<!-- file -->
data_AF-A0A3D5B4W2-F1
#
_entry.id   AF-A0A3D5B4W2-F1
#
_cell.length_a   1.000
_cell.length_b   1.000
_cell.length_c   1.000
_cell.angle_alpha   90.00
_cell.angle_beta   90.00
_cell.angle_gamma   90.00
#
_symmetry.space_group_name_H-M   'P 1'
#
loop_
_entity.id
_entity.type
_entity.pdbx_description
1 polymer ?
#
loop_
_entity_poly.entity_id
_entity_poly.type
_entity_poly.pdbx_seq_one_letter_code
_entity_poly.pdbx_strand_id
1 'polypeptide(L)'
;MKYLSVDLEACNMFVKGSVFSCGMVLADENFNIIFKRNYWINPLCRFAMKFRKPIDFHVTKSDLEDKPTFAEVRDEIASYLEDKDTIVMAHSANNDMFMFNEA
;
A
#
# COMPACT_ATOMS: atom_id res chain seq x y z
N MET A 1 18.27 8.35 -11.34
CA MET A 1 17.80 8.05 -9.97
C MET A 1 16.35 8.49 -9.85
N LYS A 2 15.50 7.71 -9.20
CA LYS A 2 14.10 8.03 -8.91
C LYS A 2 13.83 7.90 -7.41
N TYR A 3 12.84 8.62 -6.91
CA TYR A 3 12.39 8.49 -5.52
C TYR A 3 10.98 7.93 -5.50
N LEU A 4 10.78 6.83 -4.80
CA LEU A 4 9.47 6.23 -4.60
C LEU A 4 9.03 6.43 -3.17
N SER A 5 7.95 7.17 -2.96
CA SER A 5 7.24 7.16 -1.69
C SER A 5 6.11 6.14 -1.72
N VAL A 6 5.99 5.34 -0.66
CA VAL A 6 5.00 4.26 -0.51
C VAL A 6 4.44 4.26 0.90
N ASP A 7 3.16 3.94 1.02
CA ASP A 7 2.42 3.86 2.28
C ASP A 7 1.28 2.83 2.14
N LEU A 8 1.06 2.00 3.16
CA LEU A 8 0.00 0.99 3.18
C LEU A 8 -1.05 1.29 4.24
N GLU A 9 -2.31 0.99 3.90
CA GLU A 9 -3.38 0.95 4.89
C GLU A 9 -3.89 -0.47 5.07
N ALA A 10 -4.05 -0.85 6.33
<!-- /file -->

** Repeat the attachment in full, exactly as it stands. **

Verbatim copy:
data_AF-A0A3D5B4W2-F1
#
_entry.id   AF-A0A3D5B4W2-F1
#
_cell.length_a   1.000
_cell.length_b   1.000
_cell.length_c   1.000
_cell.angle_alpha   90.00
_cell.angle_beta   90.00
_cell.angle_gamma   90.00
#
_symmetry.space_group_name_H-M   'P 1'
#
loop_
_entity.id
_entity.type
_entity.pdbx_description
1 polymer ?
#
loop_
_entity_poly.entity_id
_entity_poly.type
_entity_poly.pdbx_seq_one_letter_code
_entity_poly.pdbx_strand_id
1 'polypeptide(L)'
;MKYLSVDLEACNMFVKGSVFSCGMVLADENFNIIFKRNYWINPLCRFAMKFRKPIDFHVTKSDLEDKPTFAEVRDEIASYLEDKDTIVMAHSANNDMFMFNEA
;
A
#
# COMPACT_ATOMS: atom_id res chain seq x y z
N MET A 1 18.27 8.35 -11.34
CA MET A 1 17.80 8.05 -9.97
C MET A 1 16.35 8.49 -9.85
N LYS A 2 15.50 7.71 -9.20
CA LYS A 2 14.10 8.03 -8.91
C LYS A 2 13.83 7.90 -7.41
N TYR A 3 12.84 8.62 -6.91
CA TYR A 3 12.39 8.49 -5.52
C TYR A 3 10.98 7.93 -5.50
N LEU A 4 10.78 6.83 -4.80
CA LEU A 4 9.47 6.23 -4.60
C LEU A 4 9.03 6.43 -3.17
N SER A 5 7.95 7.17 -2.96
CA SER A 5 7.24 7.16 -1.69
C SER A 5 6.11 6.14 -1.72
N VAL A 6 5.99 5.34 -0.66
CA VAL A 6 5.00 4.26 -0.51
C VAL A 6 4.44 4.26 0.90
N ASP A 7 3.16 3.94 1.02
CA ASP A 7 2.42 3.86 2.28
C ASP A 7 1.28 2.83 2.14
N LEU A 8 1.06 2.00 3.16
CA LEU A 8 0.00 0.99 3.18
C LEU A 8 -1.05 1.29 4.24
N GLU A 9 -2.31 0.99 3.90
CA GLU A 9 -3.38 0.95 4.89
C GLU A 9 -3.89 -0.47 5.07
N ALA A 10 -4.05 -0.85 6.33